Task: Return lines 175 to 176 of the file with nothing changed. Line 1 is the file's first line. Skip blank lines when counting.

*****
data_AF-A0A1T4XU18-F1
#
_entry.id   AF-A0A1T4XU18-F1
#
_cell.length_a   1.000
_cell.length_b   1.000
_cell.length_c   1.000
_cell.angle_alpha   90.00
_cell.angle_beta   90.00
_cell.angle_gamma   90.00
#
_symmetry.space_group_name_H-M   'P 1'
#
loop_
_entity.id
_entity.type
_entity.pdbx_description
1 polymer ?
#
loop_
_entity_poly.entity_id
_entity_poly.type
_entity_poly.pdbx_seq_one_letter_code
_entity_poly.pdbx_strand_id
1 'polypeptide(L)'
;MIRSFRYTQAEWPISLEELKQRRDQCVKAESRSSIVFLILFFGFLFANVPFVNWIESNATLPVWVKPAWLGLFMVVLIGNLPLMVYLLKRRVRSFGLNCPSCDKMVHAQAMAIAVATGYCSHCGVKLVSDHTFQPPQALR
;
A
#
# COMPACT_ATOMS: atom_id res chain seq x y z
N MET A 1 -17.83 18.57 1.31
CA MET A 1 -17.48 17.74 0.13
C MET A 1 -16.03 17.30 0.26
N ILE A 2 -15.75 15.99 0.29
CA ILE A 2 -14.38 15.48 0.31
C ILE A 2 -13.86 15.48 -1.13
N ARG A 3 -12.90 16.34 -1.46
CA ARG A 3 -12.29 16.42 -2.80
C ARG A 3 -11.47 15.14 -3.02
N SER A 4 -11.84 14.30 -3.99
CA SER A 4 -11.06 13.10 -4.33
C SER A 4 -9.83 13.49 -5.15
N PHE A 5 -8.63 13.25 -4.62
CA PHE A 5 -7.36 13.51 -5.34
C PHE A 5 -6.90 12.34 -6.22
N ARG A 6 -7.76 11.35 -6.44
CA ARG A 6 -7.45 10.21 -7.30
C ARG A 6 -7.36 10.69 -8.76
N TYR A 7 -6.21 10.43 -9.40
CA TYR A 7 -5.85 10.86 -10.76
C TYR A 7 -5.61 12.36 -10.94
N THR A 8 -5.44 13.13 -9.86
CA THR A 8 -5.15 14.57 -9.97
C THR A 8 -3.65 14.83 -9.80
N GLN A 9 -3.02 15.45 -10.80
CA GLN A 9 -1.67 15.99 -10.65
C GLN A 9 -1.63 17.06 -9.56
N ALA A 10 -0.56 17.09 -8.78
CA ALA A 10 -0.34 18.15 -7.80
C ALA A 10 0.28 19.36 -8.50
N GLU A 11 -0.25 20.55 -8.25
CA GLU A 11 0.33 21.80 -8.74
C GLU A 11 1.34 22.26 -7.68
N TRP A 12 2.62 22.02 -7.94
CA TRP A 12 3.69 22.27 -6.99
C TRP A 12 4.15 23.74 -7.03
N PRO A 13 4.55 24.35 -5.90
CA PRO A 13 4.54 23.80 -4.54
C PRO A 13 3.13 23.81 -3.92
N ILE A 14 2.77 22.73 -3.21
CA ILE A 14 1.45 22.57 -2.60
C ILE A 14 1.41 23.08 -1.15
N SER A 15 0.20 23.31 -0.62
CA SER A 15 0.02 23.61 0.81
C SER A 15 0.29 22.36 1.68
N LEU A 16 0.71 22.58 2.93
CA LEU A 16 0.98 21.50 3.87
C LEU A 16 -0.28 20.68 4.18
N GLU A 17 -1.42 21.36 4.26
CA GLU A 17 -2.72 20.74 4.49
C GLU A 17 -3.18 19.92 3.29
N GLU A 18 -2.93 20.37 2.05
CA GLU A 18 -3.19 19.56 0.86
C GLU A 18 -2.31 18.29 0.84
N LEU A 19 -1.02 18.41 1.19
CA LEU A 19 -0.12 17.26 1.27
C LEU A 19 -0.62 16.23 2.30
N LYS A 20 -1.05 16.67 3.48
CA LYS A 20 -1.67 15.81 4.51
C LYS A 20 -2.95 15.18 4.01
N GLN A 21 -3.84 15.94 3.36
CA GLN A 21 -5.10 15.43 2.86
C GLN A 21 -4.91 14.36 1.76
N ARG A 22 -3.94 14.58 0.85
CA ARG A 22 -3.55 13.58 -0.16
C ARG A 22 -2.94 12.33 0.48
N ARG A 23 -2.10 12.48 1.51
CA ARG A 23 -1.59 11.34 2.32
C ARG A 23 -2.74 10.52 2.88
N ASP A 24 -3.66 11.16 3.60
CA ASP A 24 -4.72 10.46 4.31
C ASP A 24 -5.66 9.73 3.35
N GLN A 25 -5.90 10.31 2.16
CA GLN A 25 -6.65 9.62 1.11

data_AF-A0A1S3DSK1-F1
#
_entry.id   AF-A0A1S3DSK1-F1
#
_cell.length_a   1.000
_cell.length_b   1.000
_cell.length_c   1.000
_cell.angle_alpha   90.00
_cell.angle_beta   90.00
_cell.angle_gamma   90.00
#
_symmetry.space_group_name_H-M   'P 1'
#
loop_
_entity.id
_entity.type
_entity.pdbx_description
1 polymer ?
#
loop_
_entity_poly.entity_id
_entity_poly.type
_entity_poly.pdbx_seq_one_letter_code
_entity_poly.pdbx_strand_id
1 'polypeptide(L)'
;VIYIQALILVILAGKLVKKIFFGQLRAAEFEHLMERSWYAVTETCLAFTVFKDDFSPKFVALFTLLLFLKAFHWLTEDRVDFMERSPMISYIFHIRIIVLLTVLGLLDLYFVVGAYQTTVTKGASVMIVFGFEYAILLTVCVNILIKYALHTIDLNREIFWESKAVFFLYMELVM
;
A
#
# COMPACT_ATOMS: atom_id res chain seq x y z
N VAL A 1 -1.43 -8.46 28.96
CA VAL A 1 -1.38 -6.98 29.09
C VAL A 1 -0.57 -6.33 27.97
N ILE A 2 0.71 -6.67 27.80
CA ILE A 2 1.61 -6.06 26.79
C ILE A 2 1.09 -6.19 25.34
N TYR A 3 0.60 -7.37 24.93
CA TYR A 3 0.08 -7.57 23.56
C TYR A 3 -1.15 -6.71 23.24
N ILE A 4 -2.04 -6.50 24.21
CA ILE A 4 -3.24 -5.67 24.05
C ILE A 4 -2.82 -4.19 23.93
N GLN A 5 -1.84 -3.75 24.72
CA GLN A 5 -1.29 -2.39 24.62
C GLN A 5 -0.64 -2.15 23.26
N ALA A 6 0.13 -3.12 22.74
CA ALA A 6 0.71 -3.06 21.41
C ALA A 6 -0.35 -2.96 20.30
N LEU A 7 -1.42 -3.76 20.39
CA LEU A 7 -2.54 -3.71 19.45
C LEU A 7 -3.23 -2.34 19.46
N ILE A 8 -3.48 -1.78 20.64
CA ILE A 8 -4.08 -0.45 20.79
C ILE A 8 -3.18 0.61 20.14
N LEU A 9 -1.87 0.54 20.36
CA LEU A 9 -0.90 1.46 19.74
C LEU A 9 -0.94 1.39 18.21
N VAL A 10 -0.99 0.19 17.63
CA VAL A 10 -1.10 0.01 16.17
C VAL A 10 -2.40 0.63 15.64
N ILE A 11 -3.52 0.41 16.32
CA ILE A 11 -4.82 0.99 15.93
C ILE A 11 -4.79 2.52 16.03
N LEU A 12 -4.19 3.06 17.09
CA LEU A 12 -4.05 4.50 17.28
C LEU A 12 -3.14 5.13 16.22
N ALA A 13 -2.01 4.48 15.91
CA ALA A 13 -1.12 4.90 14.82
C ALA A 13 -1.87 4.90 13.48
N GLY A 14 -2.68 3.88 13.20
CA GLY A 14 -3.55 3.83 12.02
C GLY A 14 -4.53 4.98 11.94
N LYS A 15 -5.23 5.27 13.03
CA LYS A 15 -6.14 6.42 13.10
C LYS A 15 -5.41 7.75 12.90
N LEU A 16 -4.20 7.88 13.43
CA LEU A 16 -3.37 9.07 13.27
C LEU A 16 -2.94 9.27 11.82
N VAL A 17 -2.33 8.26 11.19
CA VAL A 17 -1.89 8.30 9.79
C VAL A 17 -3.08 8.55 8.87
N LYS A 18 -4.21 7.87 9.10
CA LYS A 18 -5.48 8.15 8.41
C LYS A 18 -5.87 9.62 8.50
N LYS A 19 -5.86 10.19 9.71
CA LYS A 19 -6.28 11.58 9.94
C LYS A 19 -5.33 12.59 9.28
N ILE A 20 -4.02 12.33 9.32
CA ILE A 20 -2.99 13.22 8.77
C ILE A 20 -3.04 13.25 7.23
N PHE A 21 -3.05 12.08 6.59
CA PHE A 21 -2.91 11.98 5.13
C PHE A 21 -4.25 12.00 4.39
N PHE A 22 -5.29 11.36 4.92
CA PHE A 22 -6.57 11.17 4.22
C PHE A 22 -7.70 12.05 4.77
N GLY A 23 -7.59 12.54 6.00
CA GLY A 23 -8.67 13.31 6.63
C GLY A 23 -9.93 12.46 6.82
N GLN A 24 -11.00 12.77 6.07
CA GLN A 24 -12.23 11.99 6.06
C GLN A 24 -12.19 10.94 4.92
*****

CA GLY A 14 -3.55 3.83 12.02
C GLY A 14 -4.53 4.98 11.94